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3 minutes ago, CopperSkilletBoy said:

Correct, just she and I. It will be the embassy in Kyiv, Ukraine. For my state, a household of two has a government poverty guideline of $16,500. I do have the option of having my brother do a joint sponsorship, however, I would like to avoid it even if he is willing. 

   

The state does not matter.  It is federal.  Your current income is <125% of the federal poverty level for two.  What would your plan be for that requirement?  As for the 100% requirement at the embassy level, you may want to inquire on the Ukraine forum.  Some embassies are tougher than others on the public charge issue.  Maybe others who went through Kyiv can weigh in here.

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8 minutes ago, Jorgedig said:

The state does not matter.  It is federal.  Your current income is <125% of the federal poverty level for two.  What would your plan be for that requirement?  As for the 100% requirement at the embassy level, you may want to inquire on the Ukraine forum.  Some embassies are tougher than others on the public charge issue.  Maybe others who went through Kyiv can weigh in here.

Yeah, you're right it is 115%. Who would have thought that I would have fallen in love with a woman from another country. Ha! Well I suppose all I can do is have my brother Joint Sponsor me and start the process. 

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Keep in mind that the incomes aren't summed up, he needs to be able to sponsor her regardless of your income, but you'll still have to be the primary sponsor.

 

Also, K-1 is the first step, you're looking at a couple grand for AOS, then a grand for ROC. Something to keep in mind...

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1 hour ago, Mollie09 said:

Keep in mind that the incomes aren't summed up, he needs to be able to sponsor her regardless of your income, but you'll still have to be the primary sponsor.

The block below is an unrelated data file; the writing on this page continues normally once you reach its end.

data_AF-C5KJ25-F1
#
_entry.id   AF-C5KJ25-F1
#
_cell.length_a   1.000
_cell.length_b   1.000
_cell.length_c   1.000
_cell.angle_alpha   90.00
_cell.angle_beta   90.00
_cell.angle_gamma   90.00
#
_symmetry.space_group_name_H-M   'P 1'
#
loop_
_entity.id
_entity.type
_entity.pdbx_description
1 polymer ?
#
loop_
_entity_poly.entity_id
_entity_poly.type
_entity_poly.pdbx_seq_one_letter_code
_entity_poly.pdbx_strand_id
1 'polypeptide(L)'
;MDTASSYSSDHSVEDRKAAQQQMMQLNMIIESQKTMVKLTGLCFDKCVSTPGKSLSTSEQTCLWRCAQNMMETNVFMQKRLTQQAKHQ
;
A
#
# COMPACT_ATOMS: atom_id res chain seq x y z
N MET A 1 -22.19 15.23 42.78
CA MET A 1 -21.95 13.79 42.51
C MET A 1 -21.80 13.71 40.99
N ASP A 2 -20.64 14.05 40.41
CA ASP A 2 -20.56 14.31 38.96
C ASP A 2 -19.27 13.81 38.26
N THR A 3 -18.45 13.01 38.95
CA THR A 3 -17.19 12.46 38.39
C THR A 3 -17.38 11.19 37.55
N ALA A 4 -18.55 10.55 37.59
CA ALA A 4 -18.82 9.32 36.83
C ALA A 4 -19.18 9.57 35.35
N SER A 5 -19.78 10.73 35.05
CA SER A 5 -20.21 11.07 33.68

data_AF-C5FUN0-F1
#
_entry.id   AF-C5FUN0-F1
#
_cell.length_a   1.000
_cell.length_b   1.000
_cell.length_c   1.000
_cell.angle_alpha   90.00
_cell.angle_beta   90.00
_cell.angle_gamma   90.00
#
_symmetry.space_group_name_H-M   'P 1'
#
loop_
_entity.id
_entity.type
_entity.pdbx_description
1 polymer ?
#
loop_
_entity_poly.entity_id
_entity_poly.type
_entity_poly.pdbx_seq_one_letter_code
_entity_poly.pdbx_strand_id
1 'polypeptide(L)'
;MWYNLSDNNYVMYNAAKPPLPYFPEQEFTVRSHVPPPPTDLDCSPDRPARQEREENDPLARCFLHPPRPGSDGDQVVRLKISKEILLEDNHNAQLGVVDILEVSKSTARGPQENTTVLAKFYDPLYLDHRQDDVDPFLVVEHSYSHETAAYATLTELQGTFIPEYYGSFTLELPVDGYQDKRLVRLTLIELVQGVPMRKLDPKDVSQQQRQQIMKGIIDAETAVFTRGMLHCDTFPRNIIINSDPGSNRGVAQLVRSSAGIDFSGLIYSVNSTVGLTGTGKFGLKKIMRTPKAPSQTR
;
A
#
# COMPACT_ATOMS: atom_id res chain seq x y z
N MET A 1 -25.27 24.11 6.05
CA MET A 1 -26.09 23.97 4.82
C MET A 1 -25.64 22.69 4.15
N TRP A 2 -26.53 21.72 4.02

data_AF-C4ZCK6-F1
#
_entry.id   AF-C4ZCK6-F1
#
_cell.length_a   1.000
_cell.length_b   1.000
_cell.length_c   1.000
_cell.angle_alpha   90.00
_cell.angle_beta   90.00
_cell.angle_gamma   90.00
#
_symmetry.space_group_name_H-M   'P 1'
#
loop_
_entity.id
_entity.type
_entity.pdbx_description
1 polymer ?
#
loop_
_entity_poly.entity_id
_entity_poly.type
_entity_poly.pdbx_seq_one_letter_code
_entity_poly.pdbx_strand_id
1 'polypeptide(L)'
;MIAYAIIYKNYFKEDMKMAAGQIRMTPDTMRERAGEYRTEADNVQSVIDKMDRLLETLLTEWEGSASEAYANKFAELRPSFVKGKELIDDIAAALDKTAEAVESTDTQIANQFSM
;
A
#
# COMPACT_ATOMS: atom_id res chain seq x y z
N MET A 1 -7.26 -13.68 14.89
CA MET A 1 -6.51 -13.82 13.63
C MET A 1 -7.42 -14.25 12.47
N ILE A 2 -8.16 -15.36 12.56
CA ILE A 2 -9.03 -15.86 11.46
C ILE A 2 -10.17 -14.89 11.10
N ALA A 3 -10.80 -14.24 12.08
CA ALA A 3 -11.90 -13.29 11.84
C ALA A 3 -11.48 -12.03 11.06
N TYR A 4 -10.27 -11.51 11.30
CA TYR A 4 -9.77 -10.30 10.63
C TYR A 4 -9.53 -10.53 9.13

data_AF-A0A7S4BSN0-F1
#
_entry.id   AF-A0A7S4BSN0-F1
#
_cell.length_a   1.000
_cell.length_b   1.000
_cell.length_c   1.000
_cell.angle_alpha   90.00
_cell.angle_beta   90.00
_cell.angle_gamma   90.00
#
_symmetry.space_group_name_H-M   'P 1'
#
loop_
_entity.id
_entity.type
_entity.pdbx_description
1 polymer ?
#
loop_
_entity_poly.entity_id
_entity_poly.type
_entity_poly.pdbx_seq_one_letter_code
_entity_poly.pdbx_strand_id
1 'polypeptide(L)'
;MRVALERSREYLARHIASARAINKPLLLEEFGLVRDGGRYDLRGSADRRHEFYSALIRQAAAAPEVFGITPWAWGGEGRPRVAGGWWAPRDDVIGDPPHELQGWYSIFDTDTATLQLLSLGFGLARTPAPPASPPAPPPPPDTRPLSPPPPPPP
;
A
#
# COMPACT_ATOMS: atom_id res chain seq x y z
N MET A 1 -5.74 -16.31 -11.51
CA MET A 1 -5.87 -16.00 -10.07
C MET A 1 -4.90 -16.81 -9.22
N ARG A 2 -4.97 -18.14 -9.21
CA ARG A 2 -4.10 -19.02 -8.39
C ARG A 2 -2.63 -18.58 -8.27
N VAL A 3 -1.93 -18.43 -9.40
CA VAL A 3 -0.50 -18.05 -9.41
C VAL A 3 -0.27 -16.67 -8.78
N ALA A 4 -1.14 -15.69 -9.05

Also, K-1 is the first step, you're looking at a couple grand for AOS, then a grand for ROC. Something to keep in mind... 

Yes I understand the costs. Like I said earlier I have $14,000+ in Cash and $7,000 in the bank. I have stayed collectively about 3 1/2 months in Ukraine with her over the course 2017 and 2018. This is why my income is $19,000 for this time period. My brother, on paper, looks far more stable than myself.

 Now to figure out how Joint Sponsorship is treated in Ukraine!

 

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2 minutes ago, jdaveh said:

Do you understand the costs of having someone living with you who has no income for the next 4 to 8 months ?

I noticed this type of sentiment when I originally started looking up the K1 visa requirements a few weeks ago and landed on visajourney to read other's experiences. The truth is that there are many people in the USA who do not report all their earnings to the Federal Government. As I stated before I have $14,000+ in Cash in the safe in my home, and $7700 in the bank. My work & housing situation allows me to do many things that the average person doesn't have the ability to do, such as living in Ukraine for over 3 months (three separate trips, without working when I was there, to confirm our relationship was real, costing a total of $7900 inc. planes, trains, apartments, hotels, dinners).  Outside of that, my income per year is roughly $34,000. In 2015 when I reported $15,000, my income was $37,000. I am 33 and I have had the privilege to travel the world and live a life of ease. It doesn't mean that I do not know how to work, or even dislike it.